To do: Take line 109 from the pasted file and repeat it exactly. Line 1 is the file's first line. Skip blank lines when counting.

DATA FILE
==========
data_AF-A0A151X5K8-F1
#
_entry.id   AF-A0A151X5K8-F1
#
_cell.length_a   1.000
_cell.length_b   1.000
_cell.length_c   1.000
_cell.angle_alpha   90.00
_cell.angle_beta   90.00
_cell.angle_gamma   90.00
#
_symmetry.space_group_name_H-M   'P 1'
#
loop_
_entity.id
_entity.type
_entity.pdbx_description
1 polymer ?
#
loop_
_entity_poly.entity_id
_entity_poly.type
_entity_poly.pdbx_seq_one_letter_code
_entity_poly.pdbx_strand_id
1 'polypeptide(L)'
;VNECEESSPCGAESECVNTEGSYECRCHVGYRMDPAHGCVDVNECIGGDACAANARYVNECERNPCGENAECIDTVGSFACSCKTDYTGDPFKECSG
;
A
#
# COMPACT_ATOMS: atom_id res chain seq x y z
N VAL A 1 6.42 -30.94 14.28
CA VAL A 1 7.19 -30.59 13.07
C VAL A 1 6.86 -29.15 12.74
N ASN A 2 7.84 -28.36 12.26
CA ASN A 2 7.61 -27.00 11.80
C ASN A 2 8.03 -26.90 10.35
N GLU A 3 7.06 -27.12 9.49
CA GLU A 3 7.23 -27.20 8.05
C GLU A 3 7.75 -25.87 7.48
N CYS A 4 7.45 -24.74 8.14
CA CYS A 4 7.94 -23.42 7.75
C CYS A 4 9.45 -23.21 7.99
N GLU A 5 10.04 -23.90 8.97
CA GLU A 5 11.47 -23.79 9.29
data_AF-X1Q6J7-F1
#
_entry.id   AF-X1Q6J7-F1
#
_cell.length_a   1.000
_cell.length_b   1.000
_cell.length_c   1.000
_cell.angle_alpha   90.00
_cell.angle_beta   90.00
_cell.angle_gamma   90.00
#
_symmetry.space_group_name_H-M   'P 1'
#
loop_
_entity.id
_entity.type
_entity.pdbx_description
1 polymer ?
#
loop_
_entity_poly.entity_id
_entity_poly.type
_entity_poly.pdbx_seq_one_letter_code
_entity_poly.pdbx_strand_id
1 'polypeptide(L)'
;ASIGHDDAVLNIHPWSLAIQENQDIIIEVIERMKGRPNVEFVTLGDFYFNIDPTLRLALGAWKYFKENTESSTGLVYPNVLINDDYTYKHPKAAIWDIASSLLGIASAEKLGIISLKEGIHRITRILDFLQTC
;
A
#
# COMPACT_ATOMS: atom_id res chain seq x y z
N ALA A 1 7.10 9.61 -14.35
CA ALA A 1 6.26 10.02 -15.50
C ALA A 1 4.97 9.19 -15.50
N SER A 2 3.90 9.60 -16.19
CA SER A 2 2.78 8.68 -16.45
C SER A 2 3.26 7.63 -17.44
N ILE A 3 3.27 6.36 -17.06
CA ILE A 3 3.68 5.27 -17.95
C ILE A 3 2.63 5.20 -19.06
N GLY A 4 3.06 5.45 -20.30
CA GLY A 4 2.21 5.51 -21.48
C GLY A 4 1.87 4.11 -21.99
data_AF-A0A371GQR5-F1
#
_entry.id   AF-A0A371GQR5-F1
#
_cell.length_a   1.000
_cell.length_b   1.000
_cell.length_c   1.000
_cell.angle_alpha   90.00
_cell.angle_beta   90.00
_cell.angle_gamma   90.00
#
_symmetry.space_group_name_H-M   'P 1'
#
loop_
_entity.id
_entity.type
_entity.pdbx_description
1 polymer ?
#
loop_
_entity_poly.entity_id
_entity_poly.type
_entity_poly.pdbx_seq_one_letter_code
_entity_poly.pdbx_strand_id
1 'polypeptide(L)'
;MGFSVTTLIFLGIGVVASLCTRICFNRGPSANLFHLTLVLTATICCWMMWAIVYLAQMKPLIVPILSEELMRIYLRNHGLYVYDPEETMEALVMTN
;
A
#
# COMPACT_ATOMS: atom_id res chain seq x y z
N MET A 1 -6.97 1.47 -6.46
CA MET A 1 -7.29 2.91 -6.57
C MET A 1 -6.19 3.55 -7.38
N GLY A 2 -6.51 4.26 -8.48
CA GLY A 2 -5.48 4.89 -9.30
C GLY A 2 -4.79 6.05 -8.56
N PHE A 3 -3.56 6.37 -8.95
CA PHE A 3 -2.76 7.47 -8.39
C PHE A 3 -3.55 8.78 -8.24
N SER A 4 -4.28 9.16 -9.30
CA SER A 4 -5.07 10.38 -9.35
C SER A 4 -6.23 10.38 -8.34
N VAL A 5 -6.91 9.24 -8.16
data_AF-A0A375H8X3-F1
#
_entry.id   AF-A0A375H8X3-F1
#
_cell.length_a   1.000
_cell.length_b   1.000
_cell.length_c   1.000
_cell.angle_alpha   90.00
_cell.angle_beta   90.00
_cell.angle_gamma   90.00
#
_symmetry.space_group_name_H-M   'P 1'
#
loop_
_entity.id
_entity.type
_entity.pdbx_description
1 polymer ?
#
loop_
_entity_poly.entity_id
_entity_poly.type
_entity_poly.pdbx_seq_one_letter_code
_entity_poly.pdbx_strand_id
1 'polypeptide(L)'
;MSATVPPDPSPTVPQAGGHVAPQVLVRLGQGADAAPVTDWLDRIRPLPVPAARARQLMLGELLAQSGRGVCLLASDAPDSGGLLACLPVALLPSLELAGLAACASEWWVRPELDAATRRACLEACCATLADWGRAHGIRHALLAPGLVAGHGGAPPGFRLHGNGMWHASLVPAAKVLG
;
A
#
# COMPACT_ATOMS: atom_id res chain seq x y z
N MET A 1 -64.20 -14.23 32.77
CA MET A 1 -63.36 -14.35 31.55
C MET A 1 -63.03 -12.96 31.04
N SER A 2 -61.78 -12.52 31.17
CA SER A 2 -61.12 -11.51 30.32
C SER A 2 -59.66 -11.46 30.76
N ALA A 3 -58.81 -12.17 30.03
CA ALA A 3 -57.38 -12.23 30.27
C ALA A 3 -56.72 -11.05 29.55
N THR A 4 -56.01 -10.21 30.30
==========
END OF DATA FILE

_entity_poly.pdbx_seq_one_letter_code